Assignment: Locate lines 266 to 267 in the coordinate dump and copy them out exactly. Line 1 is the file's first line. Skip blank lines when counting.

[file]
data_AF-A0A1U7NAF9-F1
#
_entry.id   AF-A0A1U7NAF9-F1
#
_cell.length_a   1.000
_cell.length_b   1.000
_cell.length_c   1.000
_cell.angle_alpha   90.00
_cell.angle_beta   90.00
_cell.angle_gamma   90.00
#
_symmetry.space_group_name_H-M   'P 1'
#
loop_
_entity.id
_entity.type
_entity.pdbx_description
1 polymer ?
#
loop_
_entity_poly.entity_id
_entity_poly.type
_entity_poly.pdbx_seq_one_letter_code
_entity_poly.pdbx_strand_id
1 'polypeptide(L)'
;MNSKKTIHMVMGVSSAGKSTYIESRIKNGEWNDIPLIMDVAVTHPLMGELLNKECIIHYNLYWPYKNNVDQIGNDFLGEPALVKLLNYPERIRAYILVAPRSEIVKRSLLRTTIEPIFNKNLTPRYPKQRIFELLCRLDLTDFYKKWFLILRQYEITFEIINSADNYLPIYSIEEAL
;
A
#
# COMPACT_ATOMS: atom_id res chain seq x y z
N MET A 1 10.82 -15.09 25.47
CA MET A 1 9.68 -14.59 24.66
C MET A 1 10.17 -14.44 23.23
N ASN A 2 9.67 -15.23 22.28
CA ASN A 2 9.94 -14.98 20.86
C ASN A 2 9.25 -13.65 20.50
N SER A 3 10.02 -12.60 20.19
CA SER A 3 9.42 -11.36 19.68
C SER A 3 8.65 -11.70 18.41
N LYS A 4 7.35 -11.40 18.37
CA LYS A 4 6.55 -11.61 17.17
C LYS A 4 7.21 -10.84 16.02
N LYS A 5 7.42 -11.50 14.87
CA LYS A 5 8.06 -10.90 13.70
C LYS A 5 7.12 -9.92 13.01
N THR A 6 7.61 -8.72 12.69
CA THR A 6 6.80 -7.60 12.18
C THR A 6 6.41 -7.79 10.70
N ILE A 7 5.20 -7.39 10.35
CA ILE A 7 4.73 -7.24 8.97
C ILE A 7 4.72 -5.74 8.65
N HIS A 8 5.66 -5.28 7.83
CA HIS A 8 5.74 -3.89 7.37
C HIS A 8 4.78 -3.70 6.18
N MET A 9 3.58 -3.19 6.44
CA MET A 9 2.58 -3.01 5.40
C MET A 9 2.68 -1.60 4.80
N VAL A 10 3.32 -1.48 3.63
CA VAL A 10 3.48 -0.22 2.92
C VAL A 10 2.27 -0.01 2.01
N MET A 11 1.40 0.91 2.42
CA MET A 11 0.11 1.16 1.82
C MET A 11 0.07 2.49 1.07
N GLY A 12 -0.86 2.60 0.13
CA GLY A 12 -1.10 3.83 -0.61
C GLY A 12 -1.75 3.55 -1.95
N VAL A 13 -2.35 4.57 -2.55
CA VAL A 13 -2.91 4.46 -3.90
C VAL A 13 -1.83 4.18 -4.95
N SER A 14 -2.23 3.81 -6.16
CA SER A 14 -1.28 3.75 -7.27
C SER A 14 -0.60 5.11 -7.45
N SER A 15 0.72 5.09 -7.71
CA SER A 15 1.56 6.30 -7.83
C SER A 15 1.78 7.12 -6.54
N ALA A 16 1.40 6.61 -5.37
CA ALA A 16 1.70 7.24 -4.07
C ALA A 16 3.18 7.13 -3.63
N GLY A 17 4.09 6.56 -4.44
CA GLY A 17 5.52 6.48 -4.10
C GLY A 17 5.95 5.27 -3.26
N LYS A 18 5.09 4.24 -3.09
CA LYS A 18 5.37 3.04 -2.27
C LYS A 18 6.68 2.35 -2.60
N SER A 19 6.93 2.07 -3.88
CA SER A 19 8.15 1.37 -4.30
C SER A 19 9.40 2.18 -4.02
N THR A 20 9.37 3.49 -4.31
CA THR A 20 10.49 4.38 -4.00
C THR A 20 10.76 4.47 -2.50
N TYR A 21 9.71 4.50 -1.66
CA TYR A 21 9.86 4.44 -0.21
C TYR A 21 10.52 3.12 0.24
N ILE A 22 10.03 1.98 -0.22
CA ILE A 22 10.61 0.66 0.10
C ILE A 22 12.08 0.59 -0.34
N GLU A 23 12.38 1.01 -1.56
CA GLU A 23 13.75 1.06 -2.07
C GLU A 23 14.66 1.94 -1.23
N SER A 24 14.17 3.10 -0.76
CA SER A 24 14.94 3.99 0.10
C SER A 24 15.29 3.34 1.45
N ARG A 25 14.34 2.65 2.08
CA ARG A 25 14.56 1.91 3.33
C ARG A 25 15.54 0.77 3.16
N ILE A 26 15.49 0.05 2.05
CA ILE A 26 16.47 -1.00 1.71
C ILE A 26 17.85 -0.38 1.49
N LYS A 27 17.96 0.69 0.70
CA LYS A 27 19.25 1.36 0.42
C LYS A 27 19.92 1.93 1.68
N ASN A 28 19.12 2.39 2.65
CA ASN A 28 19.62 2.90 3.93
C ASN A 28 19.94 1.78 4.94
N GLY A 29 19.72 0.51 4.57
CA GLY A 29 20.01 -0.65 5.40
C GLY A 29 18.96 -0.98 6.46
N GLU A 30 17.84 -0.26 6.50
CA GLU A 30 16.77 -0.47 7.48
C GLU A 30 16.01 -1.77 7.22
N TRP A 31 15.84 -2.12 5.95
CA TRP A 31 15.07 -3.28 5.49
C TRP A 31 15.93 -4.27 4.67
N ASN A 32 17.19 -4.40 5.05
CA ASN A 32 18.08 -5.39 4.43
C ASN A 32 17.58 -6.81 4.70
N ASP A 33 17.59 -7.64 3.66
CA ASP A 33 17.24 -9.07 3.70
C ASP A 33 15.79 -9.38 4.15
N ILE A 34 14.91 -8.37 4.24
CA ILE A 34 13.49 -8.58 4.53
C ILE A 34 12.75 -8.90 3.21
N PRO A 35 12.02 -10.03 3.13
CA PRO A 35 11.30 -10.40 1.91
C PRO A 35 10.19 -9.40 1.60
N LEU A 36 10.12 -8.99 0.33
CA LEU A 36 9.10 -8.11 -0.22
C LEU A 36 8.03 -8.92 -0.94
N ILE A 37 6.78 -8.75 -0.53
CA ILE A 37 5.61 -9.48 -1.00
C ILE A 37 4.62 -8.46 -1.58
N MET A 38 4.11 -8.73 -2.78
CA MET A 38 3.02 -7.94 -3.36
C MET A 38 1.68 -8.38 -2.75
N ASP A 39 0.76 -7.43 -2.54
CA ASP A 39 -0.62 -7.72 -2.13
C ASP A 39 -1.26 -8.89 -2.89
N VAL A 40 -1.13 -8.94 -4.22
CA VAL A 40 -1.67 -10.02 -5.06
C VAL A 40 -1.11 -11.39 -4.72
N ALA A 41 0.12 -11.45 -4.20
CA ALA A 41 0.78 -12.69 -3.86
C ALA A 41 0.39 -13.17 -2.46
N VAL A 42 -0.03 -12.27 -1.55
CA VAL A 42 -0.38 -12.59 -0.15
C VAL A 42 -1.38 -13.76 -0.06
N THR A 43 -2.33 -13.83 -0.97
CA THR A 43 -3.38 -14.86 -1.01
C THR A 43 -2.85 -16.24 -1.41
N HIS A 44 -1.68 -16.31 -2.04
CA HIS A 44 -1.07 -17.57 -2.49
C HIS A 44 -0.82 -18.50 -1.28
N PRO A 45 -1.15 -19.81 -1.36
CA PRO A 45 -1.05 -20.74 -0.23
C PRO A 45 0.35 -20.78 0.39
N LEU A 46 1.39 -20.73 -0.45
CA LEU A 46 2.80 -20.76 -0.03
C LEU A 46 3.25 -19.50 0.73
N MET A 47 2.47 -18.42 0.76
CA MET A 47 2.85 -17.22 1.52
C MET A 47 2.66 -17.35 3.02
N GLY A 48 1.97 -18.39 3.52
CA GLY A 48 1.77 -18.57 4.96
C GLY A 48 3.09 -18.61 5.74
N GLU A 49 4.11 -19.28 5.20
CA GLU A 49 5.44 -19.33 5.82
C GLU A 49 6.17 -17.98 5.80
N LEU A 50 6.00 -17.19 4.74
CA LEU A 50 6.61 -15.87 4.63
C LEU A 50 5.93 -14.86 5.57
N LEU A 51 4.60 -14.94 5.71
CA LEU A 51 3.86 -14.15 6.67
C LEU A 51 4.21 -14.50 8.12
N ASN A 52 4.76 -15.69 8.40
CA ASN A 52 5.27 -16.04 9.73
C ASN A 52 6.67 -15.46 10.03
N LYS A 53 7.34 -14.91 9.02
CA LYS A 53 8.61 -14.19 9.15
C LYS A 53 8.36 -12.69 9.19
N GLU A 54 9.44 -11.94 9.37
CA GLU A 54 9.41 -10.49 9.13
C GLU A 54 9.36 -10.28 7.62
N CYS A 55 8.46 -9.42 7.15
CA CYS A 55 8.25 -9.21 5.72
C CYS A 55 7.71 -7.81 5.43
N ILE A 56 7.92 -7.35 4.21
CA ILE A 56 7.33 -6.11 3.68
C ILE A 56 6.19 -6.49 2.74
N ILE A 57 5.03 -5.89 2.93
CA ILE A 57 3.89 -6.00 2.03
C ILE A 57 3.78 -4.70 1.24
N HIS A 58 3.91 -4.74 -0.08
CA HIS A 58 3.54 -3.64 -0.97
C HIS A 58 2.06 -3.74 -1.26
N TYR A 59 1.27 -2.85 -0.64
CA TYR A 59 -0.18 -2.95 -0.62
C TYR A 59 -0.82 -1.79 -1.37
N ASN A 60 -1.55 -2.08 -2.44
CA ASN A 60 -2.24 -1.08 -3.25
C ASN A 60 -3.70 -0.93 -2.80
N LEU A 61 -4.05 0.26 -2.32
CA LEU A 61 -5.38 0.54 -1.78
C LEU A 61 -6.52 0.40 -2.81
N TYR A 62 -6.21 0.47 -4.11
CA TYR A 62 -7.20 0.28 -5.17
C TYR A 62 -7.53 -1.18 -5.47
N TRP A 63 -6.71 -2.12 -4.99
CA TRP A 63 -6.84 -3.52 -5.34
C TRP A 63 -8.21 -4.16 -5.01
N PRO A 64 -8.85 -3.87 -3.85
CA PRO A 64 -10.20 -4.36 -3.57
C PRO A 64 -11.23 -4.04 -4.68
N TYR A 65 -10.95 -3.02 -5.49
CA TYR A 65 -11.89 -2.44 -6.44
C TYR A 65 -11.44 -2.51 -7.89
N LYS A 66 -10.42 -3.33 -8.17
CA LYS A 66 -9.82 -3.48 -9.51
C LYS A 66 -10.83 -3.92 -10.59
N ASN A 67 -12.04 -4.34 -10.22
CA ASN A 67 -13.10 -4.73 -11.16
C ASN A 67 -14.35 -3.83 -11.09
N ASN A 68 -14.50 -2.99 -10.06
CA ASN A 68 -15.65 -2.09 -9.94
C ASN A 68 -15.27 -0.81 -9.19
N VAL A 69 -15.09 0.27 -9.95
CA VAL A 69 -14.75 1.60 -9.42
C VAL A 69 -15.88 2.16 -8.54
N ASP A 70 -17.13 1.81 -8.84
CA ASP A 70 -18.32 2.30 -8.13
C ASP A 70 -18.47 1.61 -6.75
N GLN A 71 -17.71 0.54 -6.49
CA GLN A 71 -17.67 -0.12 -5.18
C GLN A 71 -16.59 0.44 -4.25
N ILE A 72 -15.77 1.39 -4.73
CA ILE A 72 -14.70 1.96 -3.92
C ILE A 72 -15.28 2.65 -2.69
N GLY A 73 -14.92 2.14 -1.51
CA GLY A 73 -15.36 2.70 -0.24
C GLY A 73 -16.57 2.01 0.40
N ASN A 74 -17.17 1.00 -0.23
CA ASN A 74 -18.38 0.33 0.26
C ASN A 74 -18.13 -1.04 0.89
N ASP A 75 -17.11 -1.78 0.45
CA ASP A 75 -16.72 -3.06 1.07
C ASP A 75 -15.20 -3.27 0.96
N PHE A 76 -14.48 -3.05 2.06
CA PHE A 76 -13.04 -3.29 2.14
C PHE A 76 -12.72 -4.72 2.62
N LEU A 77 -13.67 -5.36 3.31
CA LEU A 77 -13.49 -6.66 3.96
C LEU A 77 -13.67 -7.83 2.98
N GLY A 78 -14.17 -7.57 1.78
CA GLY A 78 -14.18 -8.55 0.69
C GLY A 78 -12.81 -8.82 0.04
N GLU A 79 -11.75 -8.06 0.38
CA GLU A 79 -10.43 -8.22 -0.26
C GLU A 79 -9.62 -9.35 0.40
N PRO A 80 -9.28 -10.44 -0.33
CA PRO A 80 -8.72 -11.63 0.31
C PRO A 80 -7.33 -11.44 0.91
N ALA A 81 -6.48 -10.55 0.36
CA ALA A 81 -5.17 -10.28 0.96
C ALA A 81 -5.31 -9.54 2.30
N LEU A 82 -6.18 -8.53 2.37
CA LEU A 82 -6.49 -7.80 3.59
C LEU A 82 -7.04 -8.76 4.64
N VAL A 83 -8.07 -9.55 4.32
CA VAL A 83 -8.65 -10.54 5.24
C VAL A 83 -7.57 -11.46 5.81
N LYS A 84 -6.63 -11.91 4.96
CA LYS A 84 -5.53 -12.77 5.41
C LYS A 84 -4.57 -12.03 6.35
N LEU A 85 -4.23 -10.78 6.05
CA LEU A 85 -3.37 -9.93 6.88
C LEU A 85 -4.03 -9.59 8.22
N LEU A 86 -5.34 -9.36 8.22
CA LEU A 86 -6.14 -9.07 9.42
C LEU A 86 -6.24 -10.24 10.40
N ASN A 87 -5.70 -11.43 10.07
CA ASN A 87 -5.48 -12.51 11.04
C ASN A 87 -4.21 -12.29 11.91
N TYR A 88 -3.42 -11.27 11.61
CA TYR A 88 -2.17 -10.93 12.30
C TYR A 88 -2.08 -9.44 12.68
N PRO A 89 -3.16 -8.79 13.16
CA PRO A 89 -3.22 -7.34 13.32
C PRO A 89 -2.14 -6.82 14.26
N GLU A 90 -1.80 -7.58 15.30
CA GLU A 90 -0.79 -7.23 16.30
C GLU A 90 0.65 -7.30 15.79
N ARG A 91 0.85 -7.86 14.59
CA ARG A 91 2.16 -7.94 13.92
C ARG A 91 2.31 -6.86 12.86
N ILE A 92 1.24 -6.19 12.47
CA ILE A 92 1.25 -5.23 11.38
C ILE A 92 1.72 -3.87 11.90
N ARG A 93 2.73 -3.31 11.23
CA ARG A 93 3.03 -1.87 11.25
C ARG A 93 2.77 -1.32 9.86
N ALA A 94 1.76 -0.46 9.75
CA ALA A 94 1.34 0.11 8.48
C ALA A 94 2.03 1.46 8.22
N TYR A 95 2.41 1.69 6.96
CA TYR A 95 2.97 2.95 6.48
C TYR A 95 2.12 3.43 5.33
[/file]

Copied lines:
CA GLU A 79 -10.43 -8.22 -0.26
C GLU A 79 -9.62 -9.35 0.40